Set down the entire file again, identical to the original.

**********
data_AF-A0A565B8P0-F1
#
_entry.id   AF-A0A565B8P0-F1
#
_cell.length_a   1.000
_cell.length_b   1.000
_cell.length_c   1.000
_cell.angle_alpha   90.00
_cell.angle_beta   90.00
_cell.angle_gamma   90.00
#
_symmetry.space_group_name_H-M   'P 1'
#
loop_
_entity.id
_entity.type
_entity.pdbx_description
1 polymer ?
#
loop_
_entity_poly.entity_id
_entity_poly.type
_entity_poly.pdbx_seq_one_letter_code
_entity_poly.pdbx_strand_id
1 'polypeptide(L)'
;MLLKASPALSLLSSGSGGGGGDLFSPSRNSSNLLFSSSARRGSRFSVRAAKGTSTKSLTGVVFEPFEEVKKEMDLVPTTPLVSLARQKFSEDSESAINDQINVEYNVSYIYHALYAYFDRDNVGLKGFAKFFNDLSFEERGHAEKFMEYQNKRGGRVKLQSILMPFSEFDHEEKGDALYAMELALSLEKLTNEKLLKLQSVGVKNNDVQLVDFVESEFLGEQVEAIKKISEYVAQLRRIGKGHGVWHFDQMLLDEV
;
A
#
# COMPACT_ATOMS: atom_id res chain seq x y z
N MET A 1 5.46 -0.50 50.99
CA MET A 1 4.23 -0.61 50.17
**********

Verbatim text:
data_AF-A0A565B8P0-F1
#
_entry.id   AF-A0A565B8P0-F1
#
_cell.length_a   1.000
_cell.length_b   1.000
_cell.length_c   1.000
_cell.angle_alpha   90.00
_cell.angle_beta   90.00
_cell.angle_gamma   90.00
#
_symmetry.space_group_name_H-M   'P 1'
#
loop_
_entity.id
_entity.type
_entity.pdbx_description
1 polymer ?
#
loop_
_entity_poly.entity_id
_entity_poly.type
_entity_poly.pdbx_seq_one_letter_code
_entity_poly.pdbx_strand_id
1 'polypeptide(L)'
;MLLKASPALSLLSSGSGGGGGDLFSPSRNSSNLLFSSSARRGSRFSVRAAKGTSTKSLTGVVFEPFEEVKKEMDLVPTTPLVSLARQKFSEDSESAINDQINVEYNVSYIYHALYAYFDRDNVGLKGFAKFFNDLSFEERGHAEKFMEYQNKRGGRVKLQSILMPFSEFDHEEKGDALYAMELALSLEKLTNEKLLKLQSVGVKNNDVQLVDFVESEFLGEQVEAIKKISEYVAQLRRIGKGHGVWHFDQMLLDEV
;
A
#
# COMPACT_ATOMS: atom_id res chain seq x y z
N MET A 1 5.46 -0.50 50.99
CA MET A 1 4.23 -0.61 50.17